What is SSP?

By March 17, 2015Sickness

Statutory Sickness Pay (SSP) is the standard payment you pay employees when they are unable to work.

Currently, this is set at £87.55 a week and is payable for up to 28 weeks. It is payable in the same way your employee’s wages are normally paid, so the same pay date is used and the same tax and National Insurance amounts are deducted. You can reclaim SSP through your payroll.

Employees can claim SSP if they’ve been ill for 4 consecutive days, give you the correct notice, are classed as an ‘employee’ and earn at least £111 per week.

When do I need to pay SSP?

SSP is payable after an employee has been off sick for 4 consecutive days. The first 3 days are called the ‘qualifying days’ and you don’t need to pay any SSP during this time, unless an employee has qualified for SSP within the last 8 weeks (known as ‘linking’).

Sickness periods become ‘linked’ when an employee is off for periods of at least 4 consecutive days with a gap of up to 8 weeks between them. If that is the case, you start paying SSP straight away because the qualifying days don’t count.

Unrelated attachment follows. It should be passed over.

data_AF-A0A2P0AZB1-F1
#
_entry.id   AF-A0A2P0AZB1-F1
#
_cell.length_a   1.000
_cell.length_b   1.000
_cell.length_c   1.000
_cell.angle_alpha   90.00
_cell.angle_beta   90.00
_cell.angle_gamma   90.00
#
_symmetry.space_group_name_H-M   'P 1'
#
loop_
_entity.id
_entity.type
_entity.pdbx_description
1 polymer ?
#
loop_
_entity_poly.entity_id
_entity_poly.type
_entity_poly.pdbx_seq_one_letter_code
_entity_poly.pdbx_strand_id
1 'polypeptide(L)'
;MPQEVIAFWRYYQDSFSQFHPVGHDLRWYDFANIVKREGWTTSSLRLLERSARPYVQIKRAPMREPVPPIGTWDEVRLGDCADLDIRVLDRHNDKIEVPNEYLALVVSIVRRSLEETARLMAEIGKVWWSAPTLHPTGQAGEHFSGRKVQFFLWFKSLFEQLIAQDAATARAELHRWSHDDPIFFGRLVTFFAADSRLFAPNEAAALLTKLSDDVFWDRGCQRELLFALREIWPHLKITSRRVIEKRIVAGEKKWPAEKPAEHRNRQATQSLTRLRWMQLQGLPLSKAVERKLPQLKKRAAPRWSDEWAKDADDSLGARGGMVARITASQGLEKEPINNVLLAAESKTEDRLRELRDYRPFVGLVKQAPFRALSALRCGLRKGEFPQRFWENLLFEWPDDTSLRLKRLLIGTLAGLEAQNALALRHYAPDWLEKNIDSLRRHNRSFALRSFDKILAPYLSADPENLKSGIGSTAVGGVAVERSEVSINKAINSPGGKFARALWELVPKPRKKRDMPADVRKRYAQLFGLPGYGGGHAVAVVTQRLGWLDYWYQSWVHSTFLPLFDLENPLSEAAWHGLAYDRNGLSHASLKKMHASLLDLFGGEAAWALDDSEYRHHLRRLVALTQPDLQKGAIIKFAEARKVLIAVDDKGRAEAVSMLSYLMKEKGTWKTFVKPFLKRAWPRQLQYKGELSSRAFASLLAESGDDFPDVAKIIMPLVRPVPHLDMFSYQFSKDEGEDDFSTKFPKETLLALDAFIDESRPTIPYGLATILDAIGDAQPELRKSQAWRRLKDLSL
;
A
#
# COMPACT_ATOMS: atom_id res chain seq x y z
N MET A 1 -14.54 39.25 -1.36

SSP is payable for up to 28 weeks, after this period ends, the employee can apply for Employment Support Allowance (ESA).

What if my employee doesn’t qualify for SSP?

Employees who don’t qualify for SSP for whatever reason, can apply for ESA through Jobcentre Plus. To do this, they’ll need an SSP1 form from you to help with their application. The SSP1 form confirms they don’t qualify for SSP and gives the reasons why.

Need more advice on managing employees on sickness leave?

Speak to us direct on: 020 7870 1090 and find out how a Deminos account can help you.

Author chris swindells

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